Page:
Have we made being famous for Jesus into an idol?
For most Americans, idolatry is a foreign concept. Most of us don't have bronze statues of a fat bald man sitting cross-legged on our mantles. Yet, idols are common to every culture. Idolatry often shows up in the way we take something that isn't God and treat it like a god. Fame, success and power are gods we serve as if they are immortal and have the power to bestow that immortality on us. Our idols are "immortality symbols"--things that make us feel powerful, like we will live forever.
David Goetz, a former editor for Christianity Today, warns of how even pastors entertain these subtle idols: "For clergy, [the immortality symbol] is the 3,000-member megachurch. I often sat in the studies of both small-church pastors and megachurch pastors, listening to their stories, their hopes, their plans for significance, but when you're 53 and serving a congregation of 250, you know, finally, you'll never achieve the large-church immortality symbol."
We have nicer words that cloak our pursuits, making us believe they are godly. Influence. Platform. The opportunity to reach more people. These seem noble and Christian, sanctioned--nay, commissioned--by God. But in an age when we have more megachurches than ever before but fewer people who go to church, when we have record-breaking, best-selling Christian authors and yet a majority of our culture who don't recognize the authors' names, we must ask ourselves a few gut-level questions:
What if a desire to "make an impact" is just a form of grasping for immortality?
What if a quest for influence is actually another way of chasing fame?
What if efforts to "expand the Kingdom" are really monuments to our entrepreneurial skills?
What if, in the name of building platforms to proclaim the Gospel, we have elevated people into Christian celebrities?
What if we've added God to an already crowded house of idols--the idols of fame and success?
Making Jesus Famous?
I have heard people say they want to make Jesus famous. That sounds wonderful, but I'm not sure Jesus wants the help. The irony is, while He was on earth, Jesus had plenty of opportunities to become famous, to leverage His influence for the Kingdom. And yet, He resisted. He repeatedly told the people He healed to be quiet about the miracle, or to simply present themselves to the priest for confirmation of their cleansed state.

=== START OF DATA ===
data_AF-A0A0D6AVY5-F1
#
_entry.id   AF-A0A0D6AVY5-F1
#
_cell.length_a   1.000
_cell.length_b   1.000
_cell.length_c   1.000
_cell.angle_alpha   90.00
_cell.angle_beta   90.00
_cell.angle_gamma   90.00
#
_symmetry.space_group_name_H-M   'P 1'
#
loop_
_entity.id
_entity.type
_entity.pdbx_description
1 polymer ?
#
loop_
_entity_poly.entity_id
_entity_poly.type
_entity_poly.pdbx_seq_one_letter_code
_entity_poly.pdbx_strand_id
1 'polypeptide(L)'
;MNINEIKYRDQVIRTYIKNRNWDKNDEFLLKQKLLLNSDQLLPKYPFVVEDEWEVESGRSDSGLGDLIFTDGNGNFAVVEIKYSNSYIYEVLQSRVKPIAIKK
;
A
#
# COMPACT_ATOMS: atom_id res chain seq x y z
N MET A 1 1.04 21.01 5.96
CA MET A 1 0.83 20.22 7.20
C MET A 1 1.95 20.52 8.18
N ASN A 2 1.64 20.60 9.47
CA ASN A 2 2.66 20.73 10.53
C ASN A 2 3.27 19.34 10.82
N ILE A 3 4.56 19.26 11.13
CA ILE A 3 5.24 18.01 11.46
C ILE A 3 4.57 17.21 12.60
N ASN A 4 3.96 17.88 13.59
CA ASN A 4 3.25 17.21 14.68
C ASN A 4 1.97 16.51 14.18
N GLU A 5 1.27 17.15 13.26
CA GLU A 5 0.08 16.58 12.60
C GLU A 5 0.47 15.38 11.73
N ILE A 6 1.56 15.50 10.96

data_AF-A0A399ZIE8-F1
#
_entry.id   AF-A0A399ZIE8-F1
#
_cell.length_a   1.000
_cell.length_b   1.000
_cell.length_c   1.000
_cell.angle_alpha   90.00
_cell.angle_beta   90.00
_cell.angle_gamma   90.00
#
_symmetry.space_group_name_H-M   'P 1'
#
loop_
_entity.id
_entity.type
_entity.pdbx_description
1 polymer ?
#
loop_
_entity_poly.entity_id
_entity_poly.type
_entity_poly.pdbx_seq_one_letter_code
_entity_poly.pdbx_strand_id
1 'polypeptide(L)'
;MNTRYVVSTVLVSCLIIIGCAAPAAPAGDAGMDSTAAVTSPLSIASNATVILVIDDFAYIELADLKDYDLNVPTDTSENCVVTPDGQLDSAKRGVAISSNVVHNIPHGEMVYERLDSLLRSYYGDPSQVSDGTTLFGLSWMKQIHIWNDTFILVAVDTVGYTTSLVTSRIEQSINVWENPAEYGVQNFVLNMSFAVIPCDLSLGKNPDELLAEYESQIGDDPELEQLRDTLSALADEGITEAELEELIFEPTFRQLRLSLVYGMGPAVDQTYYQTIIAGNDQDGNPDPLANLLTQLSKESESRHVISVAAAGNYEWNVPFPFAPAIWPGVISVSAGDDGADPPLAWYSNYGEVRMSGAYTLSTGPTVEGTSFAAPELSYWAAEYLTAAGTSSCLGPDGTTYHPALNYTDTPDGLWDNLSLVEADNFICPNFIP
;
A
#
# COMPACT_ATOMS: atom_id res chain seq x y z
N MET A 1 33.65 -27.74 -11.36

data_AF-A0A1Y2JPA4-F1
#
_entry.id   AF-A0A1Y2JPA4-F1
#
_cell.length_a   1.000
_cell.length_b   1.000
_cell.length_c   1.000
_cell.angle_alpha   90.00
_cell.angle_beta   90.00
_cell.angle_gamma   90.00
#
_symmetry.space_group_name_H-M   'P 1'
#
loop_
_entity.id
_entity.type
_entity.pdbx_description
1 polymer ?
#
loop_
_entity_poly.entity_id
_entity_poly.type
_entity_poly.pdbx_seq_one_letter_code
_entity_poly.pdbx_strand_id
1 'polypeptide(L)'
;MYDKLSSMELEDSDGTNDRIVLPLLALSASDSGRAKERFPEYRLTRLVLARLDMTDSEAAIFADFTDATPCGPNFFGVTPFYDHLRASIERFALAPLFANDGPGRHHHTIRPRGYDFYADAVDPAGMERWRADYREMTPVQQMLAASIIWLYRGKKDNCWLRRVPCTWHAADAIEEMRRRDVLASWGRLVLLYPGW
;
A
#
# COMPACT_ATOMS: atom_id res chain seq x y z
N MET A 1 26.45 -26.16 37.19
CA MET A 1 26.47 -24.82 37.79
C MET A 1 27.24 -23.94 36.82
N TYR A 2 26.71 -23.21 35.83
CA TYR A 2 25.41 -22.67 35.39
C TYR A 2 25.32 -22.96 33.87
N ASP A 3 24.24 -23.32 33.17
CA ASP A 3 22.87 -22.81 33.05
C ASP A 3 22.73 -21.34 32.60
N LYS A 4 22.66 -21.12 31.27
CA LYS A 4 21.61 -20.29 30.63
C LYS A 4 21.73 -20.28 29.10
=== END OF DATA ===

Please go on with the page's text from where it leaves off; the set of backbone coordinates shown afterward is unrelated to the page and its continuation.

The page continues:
On one occasion, when a man who was tormented by demons was set free, the man pleaded with Jesus to let him travel with Jesus. The man could have been Jesus' opening act, the dramatic testimony that would "build faith" in the crowds before Jesus took the stage. Yet, Jesus tells the man to simply go home and tell his own people what the Lord had done.
And when Jesus did set His face toward Jerusalem, it wasn't to perform a spectacle at the Temple, as Satan had earlier suggested He do; Jesus went to Jerusalem, to the epicenter of culture, to die.
But what about the crowds?
There were still crowds of people who followed Jesus around. For all His efforts, Jesus was still, in a very real sense, famous. True, but what Jesus chose to do and say among the crowds is instructive. He fed them, taught them, often performed miracles and did everything He could to leave them or drive them away.
In John 6, Jesus does all of the above. After performing one of His greatest miracles--the feeding of the 5,000--the crowd got so excited they insisted on making Jesus king "by force." Think of it: The people were going to make Him king by force. Isn't that what Jesus came for? Couldn't God "use this for His glory"?
In true counter-cultural form though, Jesus retreated to a mountain by Himself. Then, after the crowd tracked Him down, Jesus proceeded to preach His most offensive sermon--something about eating His flesh and drinking His blood--leaving Jesus with only the most devout, or desperate, of His disciples.
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SOURCE: Relevant Magazine